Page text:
This post is inspired by Broke Now, Rich Later’s post on getting a Roth 401k offered at his company.
I love to hear about people like BNRL who are taking control of their retirement options at work. There are too many people who are stuck with horrible investment options at their jobs but prefer to complain about it than to do anything. They just assume that since it’s what’s in place, it’s what the company thinks is best.
In reality, what probably happened is that a representative of your company who knows nothing about benefits was sold a policy that sounded good at the time. They may not have known about things like sales loads, expense ratios or asset allocation options so they trusted the sales person to set them up with a good plan. Unfortunately, what likely happened is that the company got stuck with an expensive plan with bad investment options (like the one I saw recently with no international but 5 bond funds) and, that’s what will reamain until someone who knows better comes along and makes an issue out of it.
You should be that someone. For your benefit and the benefit of others in the company.
Will it be easy? Nope. It will take time, effort and persistence. And, it may never happen. But you don’t know if you don’t try.
If you are going to go down this path, there are things you should be prepared for.
- Whoever chose the plan, if they’re still there, probably won’t like that you’re trying to change it because it will make them look bad. So, be *very* delicate in how you approach this. Don’t make them wrong, just point out alternatives.
- You should be willing to do this on your own time unless your company assigns this to you as a project.
- You’ll get much further if you have people standing behind you so rally the co-workers but don’t be obnoxious by complaining about how horrible the benefits plan is. This will not make you any friends in management and those are the people you need to convince.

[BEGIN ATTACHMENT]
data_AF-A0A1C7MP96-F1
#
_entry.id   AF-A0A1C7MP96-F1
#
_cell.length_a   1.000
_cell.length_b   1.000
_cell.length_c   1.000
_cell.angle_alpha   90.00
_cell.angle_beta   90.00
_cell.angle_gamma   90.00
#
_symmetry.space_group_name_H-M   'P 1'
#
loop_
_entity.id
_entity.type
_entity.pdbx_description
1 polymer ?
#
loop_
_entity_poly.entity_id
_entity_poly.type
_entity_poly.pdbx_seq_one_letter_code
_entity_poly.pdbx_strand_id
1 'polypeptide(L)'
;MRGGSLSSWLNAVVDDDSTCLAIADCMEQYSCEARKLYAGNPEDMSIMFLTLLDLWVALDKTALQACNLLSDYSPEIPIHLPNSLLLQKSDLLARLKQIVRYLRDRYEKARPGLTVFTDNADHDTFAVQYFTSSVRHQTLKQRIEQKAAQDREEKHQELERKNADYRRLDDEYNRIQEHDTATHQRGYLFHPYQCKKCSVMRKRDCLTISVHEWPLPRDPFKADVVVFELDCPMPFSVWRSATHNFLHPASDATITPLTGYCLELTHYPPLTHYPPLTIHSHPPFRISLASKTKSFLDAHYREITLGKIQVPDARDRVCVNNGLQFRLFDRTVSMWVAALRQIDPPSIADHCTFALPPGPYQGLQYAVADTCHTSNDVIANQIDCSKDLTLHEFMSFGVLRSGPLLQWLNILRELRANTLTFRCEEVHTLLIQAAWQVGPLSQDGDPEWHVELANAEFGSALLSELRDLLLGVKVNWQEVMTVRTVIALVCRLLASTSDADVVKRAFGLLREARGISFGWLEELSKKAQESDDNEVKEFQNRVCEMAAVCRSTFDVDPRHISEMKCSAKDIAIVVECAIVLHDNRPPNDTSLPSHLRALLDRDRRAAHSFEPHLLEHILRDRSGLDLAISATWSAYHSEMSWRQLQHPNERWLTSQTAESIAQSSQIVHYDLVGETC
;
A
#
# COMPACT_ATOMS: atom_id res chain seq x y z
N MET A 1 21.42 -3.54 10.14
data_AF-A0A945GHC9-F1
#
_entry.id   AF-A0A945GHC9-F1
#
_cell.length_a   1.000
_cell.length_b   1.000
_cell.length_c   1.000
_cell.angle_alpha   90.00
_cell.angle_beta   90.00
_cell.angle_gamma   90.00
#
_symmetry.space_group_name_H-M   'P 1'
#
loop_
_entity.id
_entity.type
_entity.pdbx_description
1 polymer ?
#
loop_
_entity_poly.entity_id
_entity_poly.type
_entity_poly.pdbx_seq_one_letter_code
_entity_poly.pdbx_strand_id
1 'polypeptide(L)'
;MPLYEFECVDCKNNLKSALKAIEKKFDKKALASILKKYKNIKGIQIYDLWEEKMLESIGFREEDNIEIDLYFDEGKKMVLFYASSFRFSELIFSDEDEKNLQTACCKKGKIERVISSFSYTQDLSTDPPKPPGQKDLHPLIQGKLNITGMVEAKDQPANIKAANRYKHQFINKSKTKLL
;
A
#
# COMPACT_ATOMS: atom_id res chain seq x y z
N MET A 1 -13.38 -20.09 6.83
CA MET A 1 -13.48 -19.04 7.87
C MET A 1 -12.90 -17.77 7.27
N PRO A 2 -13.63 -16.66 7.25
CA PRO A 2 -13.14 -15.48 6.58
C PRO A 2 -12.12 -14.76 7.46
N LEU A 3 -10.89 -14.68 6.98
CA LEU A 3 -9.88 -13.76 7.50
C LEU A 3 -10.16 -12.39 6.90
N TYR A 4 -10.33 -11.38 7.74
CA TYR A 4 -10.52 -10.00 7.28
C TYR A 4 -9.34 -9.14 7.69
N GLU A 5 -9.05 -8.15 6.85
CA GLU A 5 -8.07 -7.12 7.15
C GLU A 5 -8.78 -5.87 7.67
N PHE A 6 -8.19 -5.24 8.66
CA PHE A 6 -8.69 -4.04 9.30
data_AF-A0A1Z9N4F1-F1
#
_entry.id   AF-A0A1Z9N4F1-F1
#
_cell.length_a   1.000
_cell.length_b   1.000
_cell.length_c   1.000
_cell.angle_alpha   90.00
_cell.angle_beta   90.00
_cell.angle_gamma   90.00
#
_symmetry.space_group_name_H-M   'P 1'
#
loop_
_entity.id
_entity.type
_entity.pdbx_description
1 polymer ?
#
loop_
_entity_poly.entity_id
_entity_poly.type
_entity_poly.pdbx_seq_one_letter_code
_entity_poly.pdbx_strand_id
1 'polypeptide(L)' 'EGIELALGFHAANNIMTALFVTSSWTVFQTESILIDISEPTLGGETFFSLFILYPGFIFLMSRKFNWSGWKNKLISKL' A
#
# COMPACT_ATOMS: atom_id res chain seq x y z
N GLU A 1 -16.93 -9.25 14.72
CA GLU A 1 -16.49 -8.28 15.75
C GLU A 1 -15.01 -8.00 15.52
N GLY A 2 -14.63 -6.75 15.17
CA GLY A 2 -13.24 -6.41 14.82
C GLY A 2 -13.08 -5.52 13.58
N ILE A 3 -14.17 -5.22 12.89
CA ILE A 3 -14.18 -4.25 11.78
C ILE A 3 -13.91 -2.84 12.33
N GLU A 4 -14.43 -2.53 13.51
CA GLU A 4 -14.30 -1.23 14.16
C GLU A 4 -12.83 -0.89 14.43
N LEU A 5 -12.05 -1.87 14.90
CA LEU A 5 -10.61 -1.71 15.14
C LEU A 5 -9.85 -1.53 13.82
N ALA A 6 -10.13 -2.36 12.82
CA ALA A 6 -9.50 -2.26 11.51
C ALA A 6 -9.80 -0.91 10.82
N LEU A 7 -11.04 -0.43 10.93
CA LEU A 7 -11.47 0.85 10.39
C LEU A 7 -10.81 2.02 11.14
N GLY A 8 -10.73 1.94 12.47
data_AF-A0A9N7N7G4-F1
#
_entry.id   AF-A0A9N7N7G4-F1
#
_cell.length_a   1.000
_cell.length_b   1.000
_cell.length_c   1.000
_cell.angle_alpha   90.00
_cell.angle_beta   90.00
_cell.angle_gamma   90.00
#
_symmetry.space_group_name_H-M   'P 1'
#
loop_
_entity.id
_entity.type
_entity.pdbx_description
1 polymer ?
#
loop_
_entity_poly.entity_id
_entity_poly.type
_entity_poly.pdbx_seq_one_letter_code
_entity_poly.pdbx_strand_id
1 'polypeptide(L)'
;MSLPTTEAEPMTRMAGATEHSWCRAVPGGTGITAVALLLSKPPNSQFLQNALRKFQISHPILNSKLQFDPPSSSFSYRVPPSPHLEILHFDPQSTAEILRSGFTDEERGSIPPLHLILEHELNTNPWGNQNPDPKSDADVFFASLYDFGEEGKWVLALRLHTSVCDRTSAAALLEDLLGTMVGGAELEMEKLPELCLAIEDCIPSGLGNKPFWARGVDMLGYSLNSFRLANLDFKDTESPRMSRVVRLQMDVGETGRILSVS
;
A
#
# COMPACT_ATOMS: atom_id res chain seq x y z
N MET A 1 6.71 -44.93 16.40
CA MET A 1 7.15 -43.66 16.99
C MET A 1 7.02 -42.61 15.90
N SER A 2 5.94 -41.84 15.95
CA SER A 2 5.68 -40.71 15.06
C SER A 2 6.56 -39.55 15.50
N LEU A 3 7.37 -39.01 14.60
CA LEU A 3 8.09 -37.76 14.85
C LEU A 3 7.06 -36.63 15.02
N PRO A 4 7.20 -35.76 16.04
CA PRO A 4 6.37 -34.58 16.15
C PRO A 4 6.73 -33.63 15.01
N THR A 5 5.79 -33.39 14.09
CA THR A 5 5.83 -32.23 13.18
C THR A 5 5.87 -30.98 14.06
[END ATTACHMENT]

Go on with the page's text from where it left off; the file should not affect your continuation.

- People like numbers but they like charts and graphs too. This is a sales pitch and you should treat it as such. Offer concrete examples and run the numbers of how this will impact the company and each investor bottom line. For example, if the cheapest fund in your selection is a S&P fund with a 1.15% ER (don’t laugh, this is a real example) then run the numbers. Show the difference that a 1.15% ER will have on $10k invested over 30 years. Compare that to $10k invested in VFINX (Vanguard’s S&P fund) with an expense ratio of .18% and you will have a nice fat number to show them.
- Follow the chain of command. Nothing will tick people off more than if you skip them and they hear about it from someone else.
- Provide expert commentary. If your company is ok with it, find a consultant to hire to set up the new plan. If you’re flying solo and have to convince them, do your homework and bring in supporting documentation from known sources.
- If at first you don’t succeed try, try again. If you’re automatically shot down, then you need to really rally the troops. Start a grass roots campaign for financial education and get a petition going. Make your point clearly and without emotion. Whatever you do, don’t lose your cool.
There are other things, but that should get you started. I’m hoping that BNRL will post about how things are going for him so others can get ideas to use.
If you do decide to go down this path and they agree to change the plan/policy/whatever, see if you can shoot for the stars and get them to implement an auto-enrollment policy. I am a huge supporter of these for two main reasons (the first one is most important to me).
- It will get the people who otherwise wouldn’t enroll on their own to start investing. People don’t enroll for lots of reasons, most of which are excuses so if you make it opt-out instead of opt-in, most people won’t complain. True story: Recently I was presenting a basic financial education seminar at a local small business. At the end of the seminar I did a little poll to see how many people in that office were enrolled in the 403b plan which had just started a matching program. I was not surprised to learn that a full 2/3 of the people attending the seminar were not enrolled in the plan. ALL of them intended to enroll but just hadn’t gotten around to it or didn’t understand the process. The solution: everyone got their forms, sat around the table and we got them all enrolled right then. If that company had an auto-enrollment program, all of those people would have been participating the whole time (some had been there for 3 or more years) and they would be much further along the road to retirement.
- It will benefit the company by getting more money into the plan. This will do a few things: 1 – they will probably get better deals on plan fees. 2 – it will help with non-discrimination testing. 3 – it will allow highly compensated employees to contribute more if they’ve been phased out.
If you decide to take this all on, then good luck! If you have any questions, just ask I’ll be happy to help in any way that I can.
Copyright 2007 by Amanda Moore. All rights reserved.